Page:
Polarization of the lowest mode of a Gaussian beam

Most introductory analyses of Gaussian beam optics work within Helmholtz scalar optics, and therefore they ignore the beam's polarisation. Because of that, I'm not clear on what are the possible orientations for the lower transverse mode $T_{00}$ when full vectorial electric and magnetic fields are allowed.

Assume cylindrical coordinates, where the beam propagates in the axial coordinate $z$. The intensity of the fundamental mode is axially symmetric; but how does the electric field orientation for a linearly polarized gaussian beam look? Is it always aligned toward a fixed direction? Does it have axial symmetry as well?

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In the center of a Gaussian beam, the field structure is close to that in a plane wave with the same polarization. So the field is not axially symmetric for a linearly polarized Gaussian beam.

Let me note that Gaussian beams are not precise solutions of the free Maxwell equations. For this reason, a few years ago, I derived some precise solutions of the free Maxwell equations that are close to Gaussian beams in some sense (http://arxiv.org/abs/physics/0405091 , eq.22). I considered circular polarization only, but it is not difficult to build solutions with linear polarization starting from the solutions with circular polarization.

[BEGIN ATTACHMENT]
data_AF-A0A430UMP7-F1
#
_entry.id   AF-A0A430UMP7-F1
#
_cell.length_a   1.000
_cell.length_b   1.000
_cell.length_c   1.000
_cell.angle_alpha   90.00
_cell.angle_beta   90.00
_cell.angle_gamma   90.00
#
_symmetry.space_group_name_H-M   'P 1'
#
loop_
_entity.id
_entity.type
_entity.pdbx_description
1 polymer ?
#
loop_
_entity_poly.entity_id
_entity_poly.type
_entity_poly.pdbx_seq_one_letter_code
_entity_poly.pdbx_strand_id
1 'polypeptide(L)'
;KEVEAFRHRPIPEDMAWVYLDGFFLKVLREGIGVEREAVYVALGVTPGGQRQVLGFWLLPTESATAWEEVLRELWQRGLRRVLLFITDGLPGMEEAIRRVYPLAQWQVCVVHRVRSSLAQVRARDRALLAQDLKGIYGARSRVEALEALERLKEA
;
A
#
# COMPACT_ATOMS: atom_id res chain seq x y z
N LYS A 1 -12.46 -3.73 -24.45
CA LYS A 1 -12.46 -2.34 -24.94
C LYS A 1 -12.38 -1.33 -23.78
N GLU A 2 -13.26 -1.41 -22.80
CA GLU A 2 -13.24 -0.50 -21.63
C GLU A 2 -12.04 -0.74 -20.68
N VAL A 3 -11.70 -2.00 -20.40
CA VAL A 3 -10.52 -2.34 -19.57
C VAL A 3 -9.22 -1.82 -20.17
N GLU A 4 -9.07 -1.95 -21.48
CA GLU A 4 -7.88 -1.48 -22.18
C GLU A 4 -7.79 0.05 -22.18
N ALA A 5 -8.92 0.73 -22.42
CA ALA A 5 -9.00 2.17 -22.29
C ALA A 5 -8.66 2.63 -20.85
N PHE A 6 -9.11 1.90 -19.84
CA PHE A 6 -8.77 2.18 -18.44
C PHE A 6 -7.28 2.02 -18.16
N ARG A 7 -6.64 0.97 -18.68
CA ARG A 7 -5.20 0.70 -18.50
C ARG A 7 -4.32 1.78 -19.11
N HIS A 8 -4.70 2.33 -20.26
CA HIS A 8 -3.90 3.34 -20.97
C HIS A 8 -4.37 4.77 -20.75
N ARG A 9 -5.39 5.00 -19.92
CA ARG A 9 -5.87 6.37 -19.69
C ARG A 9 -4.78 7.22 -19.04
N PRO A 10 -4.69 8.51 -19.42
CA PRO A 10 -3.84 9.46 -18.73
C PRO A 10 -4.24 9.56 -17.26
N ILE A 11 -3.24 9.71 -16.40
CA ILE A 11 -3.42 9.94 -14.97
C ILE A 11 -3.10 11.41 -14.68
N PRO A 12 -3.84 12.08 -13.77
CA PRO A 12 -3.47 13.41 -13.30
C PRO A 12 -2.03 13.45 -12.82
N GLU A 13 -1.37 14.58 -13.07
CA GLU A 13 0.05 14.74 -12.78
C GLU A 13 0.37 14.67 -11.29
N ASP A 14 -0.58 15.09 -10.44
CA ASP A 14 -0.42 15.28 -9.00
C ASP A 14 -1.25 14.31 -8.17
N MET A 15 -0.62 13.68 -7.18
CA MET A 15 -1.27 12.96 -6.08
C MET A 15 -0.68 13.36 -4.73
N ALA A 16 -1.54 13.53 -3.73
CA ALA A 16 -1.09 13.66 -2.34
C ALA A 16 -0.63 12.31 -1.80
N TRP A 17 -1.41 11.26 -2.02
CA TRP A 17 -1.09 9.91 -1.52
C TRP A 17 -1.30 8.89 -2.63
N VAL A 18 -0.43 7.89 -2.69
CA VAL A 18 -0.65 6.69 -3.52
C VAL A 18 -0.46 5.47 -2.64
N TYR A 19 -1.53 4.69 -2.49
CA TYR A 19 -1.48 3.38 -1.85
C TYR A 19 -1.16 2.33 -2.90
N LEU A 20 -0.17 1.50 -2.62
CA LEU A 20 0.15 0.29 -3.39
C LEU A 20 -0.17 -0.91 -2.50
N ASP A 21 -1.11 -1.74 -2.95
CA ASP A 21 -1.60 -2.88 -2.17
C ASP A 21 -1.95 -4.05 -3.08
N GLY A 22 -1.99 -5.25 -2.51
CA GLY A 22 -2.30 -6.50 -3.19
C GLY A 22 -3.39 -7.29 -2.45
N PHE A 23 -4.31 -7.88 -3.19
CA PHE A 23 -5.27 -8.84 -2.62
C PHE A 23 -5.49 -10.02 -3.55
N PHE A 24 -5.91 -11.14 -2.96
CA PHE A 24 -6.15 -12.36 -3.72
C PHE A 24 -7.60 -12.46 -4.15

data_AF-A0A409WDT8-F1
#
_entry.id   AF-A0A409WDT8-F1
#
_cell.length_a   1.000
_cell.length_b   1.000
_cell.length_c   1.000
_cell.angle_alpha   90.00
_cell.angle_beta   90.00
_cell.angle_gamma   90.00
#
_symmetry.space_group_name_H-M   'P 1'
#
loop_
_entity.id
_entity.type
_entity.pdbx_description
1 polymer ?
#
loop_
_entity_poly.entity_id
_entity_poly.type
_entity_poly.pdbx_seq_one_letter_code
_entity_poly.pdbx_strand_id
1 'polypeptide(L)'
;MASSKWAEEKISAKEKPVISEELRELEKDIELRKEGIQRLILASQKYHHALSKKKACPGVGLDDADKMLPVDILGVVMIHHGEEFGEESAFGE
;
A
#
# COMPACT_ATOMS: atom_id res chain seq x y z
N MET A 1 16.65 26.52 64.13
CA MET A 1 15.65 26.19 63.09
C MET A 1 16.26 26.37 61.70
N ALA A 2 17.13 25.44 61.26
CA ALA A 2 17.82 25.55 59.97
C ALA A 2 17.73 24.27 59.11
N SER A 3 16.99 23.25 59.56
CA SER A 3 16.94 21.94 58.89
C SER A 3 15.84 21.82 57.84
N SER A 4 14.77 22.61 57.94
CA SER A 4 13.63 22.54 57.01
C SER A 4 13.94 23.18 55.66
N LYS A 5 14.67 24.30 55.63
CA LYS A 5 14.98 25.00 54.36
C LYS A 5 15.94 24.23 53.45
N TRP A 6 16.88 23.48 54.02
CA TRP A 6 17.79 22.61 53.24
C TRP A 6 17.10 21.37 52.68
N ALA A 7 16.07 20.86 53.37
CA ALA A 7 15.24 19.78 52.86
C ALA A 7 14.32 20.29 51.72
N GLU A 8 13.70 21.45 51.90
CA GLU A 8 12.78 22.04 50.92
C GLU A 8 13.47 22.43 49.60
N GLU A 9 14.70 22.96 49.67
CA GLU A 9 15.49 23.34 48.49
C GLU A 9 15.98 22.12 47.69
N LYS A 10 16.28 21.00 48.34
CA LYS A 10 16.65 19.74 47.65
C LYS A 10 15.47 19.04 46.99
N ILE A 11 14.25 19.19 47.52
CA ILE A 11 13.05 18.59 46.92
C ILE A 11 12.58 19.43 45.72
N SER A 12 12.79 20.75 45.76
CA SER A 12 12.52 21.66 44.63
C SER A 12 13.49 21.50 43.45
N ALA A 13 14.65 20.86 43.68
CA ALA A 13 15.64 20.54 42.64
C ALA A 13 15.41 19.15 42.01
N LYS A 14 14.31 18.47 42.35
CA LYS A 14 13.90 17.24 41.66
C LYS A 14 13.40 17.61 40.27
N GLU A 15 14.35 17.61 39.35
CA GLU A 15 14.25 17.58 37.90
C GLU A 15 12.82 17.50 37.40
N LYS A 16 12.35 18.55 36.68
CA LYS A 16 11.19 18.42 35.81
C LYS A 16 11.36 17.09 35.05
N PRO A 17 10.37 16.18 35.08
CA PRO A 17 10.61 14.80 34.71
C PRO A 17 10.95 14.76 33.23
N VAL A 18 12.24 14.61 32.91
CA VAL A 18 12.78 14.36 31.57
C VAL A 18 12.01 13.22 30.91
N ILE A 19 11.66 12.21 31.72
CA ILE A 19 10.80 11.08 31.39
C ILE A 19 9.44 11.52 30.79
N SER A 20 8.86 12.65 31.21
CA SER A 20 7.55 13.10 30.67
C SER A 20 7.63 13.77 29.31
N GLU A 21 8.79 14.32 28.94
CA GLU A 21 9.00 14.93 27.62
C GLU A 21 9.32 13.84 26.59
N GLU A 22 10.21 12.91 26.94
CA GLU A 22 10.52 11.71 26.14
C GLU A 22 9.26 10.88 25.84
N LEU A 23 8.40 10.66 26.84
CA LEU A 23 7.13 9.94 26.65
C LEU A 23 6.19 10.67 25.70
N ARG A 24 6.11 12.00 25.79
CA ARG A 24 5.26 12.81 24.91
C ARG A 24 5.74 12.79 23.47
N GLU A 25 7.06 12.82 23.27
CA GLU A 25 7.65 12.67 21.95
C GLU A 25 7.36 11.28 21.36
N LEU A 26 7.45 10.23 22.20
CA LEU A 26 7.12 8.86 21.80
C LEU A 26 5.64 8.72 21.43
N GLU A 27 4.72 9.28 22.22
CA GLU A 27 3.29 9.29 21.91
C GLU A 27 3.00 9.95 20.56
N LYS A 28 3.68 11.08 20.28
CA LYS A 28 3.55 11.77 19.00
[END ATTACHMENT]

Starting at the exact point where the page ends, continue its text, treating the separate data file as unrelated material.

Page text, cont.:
EDIT (07/04/2013): I am trying here to answer lurscher's question in the comments. It depends on where you place the surface of the reflecting material. If you place it in the center of the waist of the Gaussian beam, where the structure of the field is close to that in a plane wave, the reflection coefficients will be very close to those for a plane wave, I believe. If the reflecting surface is far from the center of the waist, the structure of the field will be close to that in radiation from a point source (within some angle of divergence). Directions of propagation will span some solid angle, so it seems the only way to eliminate s-polarization completely is to use a surface orthogonal to the axis of the Gaussian beam, however, in this case, reflection will be relatively small. On the other hand, if the Gaussian beam is narrow, the share of s-polarized radiation can be made small with a different choice of the reflecting surface. I don't have time right now to give more details.

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thanks, i assume that far-field properties like beam divergence and beam waist relationships are unchanged when taking polarisation into consideration right? divergence is still $\frac{\lambda}{\pi w_0}$? – lurscher Jun 19 '13 at 0:23
I believe so, but too lazy to check now:-) – akhmeteli Jun 19 '13 at 0:31
@lurscher: So what kind of details would you like to see? – akhmeteli Jun 30 '13 at 4:18